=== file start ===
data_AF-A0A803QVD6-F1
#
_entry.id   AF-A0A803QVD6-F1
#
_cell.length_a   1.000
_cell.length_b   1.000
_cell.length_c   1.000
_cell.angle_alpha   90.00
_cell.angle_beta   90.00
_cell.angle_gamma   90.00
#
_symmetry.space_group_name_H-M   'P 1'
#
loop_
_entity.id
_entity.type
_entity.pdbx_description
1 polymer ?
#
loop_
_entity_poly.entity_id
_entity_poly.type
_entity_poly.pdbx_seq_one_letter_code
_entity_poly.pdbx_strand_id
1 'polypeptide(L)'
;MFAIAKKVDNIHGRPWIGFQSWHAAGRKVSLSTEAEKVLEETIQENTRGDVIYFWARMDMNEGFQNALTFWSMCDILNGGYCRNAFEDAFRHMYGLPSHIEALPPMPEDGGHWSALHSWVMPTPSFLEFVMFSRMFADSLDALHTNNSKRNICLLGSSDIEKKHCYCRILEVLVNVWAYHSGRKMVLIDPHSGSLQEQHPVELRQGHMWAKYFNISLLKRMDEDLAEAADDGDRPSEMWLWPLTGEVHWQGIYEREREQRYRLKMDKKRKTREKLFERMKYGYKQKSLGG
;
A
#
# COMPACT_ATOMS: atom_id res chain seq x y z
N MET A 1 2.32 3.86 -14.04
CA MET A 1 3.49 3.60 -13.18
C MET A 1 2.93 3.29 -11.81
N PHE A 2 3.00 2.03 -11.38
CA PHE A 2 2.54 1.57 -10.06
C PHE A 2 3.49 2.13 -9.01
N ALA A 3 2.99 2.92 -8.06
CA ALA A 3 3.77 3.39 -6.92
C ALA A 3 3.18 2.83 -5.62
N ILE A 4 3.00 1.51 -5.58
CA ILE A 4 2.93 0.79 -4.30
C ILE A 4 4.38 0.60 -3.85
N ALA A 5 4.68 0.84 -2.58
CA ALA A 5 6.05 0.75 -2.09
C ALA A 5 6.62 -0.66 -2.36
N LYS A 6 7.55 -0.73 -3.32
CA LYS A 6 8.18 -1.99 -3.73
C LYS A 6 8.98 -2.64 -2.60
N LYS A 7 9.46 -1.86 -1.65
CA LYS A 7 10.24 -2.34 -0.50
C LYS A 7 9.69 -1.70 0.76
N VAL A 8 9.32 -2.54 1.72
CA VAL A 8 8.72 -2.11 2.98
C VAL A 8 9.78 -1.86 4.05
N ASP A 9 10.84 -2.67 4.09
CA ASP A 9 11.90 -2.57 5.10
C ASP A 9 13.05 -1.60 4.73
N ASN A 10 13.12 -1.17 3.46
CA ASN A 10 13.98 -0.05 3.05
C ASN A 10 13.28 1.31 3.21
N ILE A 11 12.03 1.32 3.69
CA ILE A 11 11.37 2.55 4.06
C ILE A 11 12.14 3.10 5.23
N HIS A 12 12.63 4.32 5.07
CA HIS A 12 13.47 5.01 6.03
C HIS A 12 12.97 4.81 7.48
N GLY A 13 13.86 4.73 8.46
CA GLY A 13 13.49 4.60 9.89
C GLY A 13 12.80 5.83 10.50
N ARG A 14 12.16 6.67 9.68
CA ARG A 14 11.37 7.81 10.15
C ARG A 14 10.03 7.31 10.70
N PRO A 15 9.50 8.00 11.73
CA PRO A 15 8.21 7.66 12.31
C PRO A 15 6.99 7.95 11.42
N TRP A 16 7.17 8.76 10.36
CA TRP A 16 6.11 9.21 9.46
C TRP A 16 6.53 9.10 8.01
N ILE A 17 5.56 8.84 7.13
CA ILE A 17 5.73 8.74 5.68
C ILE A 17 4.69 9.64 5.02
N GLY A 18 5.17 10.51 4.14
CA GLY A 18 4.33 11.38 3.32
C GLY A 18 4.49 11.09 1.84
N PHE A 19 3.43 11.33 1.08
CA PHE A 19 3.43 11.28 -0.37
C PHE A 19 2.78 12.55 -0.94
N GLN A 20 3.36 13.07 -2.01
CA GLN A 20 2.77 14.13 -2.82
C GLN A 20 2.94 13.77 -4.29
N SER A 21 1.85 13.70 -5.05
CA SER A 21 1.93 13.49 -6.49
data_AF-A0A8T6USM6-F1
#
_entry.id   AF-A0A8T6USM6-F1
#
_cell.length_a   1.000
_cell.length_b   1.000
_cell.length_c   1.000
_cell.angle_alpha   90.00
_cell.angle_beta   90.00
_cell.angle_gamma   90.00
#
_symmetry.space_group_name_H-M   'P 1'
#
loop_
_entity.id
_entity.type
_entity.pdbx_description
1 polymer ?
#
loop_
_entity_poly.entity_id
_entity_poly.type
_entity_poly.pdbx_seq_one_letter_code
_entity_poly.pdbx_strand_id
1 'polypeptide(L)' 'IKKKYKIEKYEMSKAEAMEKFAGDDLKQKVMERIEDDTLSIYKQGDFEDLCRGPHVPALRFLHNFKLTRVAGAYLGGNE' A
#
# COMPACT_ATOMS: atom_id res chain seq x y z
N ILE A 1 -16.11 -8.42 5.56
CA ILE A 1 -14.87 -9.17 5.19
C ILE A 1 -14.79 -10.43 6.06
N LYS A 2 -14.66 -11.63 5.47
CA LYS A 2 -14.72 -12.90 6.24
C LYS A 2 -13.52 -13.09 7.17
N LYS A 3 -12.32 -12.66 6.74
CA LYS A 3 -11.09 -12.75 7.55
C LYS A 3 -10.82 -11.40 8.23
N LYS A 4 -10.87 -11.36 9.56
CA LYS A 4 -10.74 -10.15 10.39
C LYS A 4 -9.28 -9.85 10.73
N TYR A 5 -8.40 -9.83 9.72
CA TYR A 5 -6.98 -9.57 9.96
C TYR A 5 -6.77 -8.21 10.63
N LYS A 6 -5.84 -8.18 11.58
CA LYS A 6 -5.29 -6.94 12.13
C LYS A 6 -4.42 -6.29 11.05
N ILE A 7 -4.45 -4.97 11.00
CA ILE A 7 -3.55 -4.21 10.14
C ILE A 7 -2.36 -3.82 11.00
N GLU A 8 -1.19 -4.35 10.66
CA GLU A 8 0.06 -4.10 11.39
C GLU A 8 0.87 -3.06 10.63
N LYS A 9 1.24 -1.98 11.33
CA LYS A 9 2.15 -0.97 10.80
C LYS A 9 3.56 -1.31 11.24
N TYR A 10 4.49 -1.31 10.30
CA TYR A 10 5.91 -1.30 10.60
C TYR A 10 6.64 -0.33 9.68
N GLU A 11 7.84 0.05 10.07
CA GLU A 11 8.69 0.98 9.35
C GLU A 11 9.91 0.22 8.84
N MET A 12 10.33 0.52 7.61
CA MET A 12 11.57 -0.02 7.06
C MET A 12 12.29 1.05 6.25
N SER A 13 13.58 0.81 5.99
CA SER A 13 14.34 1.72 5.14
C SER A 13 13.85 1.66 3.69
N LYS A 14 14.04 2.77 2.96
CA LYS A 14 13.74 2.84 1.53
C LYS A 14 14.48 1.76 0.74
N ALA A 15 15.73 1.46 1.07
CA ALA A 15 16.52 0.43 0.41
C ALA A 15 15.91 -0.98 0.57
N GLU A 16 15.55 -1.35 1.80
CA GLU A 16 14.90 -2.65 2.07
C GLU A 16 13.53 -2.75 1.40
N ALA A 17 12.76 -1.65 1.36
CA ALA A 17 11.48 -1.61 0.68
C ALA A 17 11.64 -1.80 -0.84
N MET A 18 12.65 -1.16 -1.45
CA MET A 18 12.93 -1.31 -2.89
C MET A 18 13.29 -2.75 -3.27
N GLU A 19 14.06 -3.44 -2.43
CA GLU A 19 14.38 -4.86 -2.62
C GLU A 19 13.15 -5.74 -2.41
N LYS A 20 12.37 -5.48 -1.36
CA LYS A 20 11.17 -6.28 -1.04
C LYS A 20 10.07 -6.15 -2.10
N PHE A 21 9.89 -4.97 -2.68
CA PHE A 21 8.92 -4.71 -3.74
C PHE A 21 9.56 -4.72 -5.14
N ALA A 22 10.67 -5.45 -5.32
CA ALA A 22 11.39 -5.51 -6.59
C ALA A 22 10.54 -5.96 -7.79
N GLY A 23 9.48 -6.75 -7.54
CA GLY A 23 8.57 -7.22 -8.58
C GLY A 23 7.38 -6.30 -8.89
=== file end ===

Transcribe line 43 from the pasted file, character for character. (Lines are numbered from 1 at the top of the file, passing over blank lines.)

N ALA A 5 4.68 0.84 -2.58